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Man jailed for 24 years on two counts of attempted murder

Man jailed for 24 years on two counts of attempted murder
Lennie Baynes

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A man with 27 previous convictions is set to spend another stint in prison, probably the longest yet, at 24 years, after he attempted to murder his ex-girlfriend and her sister.

The combined sentence of 18 years for the attempted murder of Bernadette Sutherland, and six years for the attempted murder of her sister Keniesha Sutherland, was handed down to Lennie Baynes at the High Court on Monday.

The sentence of six years is much shorter than the 18 handed down for the first count of attempted murder, because of ‘the totality principle’, Justice Brian Cottle informed the court.

Man jailed for 24 years on two counts of attempted murder
Lennie Baynes being escorted from High Court by a police officer

Further to these two serious offences, Baynes was also convicted for five others: two counts of wounding with intent inflicted on the women previously mentioned, one charge for wounding of Darwin Pope (the boyfriend of Keniesha), one charge of aggravated burglary, and one charge of damage to property (a window valued at $635).
When all was said and done, and his fate had been handed down to him, the prisoner did not understand the sentence and asked the judge to repeat, who attempted to do so in a few ways.

Baynes will spend 24 years in jail as the first two sentences will run consecutively, but all other sentences will run concurrently.

All of these crimes occurred on one night, all of them the product of a single enterprise, what the judge termed as the prisoner’s “spree.”

All the violence occurred on October 8, 2017, when Baynes, a few days fresh out of prison, decided to take a ladder and use it to climb into his ex-girlfriend’s premises. Bernadette and Baynes were together before he went into prison, but were no longer an item after he was incarcerated. However, the two of them have a child together.

After succeeding in trespassing into the bedroom of Bernadette’s Belle Vue home, Baynes then chopped her four times. There was a particularly serious laceration to her neck, and two other deep wounds. She was said to be sleeping on the bed with two children at the time, one of which was Baynes’ child.

When Baynes left the bedroom he came upon Keniesha Sutherland in the living room, and he told her he would kill her. He walked towards her and brought down his cutlass twice. Each time she blocked the blows with her arms.

Her boyfriend Darwin Pope, who had been sleeping on the floor, then rushed to her aid, and fought with Baynes, in a tussle that took them down stairs, and during which a window was broken. Baynes had said to Pope that he had no issue with him, and that it was the women he came for.

During the fight Pope was wounded. Baynes on the other hand managed to make his escape that night, but not before shouting to Bernadette’s mother that she was next, and that Bernadette must already be in the bedroom dead.

He made off into the night, while the family checked on Bernadette, who they found bloody on her bed, unable to get up.

Justice Cottle addressed the charge of the attempted murder of Bernadette first. Although he had no guidelines to work with for this charge, he noted that the fixed starting point for manslaughter, the least offence Baynes would have been facing had he succeeded, was 15 years.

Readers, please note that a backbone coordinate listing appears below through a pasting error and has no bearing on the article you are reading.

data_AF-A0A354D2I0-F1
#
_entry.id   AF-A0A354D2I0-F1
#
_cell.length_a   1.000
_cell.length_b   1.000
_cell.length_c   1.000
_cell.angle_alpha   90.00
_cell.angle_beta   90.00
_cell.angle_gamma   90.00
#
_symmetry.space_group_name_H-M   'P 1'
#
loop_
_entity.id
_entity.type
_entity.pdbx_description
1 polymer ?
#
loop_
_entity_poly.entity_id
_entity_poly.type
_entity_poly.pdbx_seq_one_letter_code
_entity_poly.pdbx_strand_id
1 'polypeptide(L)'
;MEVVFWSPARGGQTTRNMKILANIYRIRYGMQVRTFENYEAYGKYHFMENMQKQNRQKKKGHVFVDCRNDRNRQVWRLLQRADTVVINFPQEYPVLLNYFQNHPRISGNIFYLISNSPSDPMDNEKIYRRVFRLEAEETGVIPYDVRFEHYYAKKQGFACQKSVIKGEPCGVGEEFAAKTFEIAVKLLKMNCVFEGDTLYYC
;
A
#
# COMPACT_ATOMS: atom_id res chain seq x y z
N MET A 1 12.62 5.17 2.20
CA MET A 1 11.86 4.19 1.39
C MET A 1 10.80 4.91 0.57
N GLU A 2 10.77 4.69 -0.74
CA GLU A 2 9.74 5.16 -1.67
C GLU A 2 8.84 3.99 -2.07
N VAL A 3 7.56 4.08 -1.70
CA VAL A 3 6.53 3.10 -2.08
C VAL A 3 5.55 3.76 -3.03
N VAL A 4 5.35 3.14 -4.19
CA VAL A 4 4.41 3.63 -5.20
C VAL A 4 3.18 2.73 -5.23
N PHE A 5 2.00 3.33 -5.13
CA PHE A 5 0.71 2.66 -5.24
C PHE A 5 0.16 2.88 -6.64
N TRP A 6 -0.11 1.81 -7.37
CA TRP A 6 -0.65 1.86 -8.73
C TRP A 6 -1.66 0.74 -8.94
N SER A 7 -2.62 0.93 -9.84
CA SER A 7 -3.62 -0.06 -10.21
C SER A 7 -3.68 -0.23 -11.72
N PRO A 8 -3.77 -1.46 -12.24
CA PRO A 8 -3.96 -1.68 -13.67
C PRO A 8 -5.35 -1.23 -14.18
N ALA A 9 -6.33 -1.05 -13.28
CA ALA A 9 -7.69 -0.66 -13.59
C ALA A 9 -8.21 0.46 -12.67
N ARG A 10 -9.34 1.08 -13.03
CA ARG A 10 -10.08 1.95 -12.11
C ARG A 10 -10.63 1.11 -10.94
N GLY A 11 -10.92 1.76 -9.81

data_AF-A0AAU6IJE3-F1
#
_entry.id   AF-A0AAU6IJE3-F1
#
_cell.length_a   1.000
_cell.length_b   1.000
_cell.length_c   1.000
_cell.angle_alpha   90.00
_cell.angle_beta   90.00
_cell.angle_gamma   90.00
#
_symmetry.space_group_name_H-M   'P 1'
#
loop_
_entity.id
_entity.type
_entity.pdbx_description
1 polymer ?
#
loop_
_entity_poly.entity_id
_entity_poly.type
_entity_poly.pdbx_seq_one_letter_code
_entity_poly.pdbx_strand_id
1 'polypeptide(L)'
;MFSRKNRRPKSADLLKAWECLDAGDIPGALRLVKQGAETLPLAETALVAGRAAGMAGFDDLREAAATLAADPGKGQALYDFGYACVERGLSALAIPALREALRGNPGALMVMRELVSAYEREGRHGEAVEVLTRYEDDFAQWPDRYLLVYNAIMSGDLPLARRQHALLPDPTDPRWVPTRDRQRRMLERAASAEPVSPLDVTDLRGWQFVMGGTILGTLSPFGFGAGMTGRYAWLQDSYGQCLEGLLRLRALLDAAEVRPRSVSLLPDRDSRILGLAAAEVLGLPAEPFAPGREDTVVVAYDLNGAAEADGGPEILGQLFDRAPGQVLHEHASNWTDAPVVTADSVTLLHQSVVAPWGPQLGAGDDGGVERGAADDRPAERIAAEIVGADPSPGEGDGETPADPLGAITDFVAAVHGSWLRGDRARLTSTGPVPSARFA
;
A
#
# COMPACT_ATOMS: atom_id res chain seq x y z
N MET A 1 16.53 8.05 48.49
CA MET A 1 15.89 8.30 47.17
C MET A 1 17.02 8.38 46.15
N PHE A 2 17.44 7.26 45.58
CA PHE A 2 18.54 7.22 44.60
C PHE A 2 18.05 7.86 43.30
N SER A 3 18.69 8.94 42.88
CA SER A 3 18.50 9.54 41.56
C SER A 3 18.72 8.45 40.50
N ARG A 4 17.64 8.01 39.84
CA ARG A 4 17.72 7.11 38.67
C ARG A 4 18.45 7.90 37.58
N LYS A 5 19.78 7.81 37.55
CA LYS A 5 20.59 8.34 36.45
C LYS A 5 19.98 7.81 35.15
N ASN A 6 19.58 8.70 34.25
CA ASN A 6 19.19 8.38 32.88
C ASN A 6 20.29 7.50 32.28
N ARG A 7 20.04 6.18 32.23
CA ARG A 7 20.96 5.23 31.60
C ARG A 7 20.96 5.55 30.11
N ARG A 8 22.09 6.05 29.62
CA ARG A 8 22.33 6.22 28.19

However, he said the general consensus of the courts is that the sentence for killing someone ought to be higher that the sentence for attempting to do so.

Therefore, he started at a point of 12 years imprisonment.

He adduced a great many aggravating features from the circumstances of the case but could find no mitigating ones.

“This was an attack on a sleeping woman in her bedroom, you tried to chop her to death while she laid in bed with your child and another child. A weapon was used, multiple wounds were inflicted, you’ve displayed during the trial no remorse,” Cottle listed.

He moved up three years, and so the sentence rested at 15 years.

However, there were still more aggravating features as it relates to Baynes as an offender. He had 27 previous convictions, including for wounding and “several convictions for assault causing actual bodily harm.”

“What is clear to me is that you are not taking advantage of the opportunities for rehabilitation which have been provided,” the Judge concluded, raising the sentence by a further three years, to 18 years.

For the attempted murder of Keniesha Sutherland, he could find no mitigating features. He noted that it too was an unprovoked attack on a young woman late at night in the sanctity of her home. Keniesha was told she would be killed, and she had to put up her hands in defence. The Justice believed it was really only the intervention of her boyfriend that “prevented the worst case from befalling” Keniesha. Baynes was given an incarceration term of six years to run consecutively with the 18 years for the attempted murder of Bernadette.

The judge ordered no additional sentence for the two counts of wounding with intent, as he considered them to be included in the larger offence of attempted murder.

For the wounding of Pope, Baynes was sentenced to seven years, and for aggravated burglary, 15 years.

For the damage to property, Cottle said he had considered giving a fine, but it was uncertain when this would ever be paid given the earlier sentences, and so he handed down a sentence of six months in prison.

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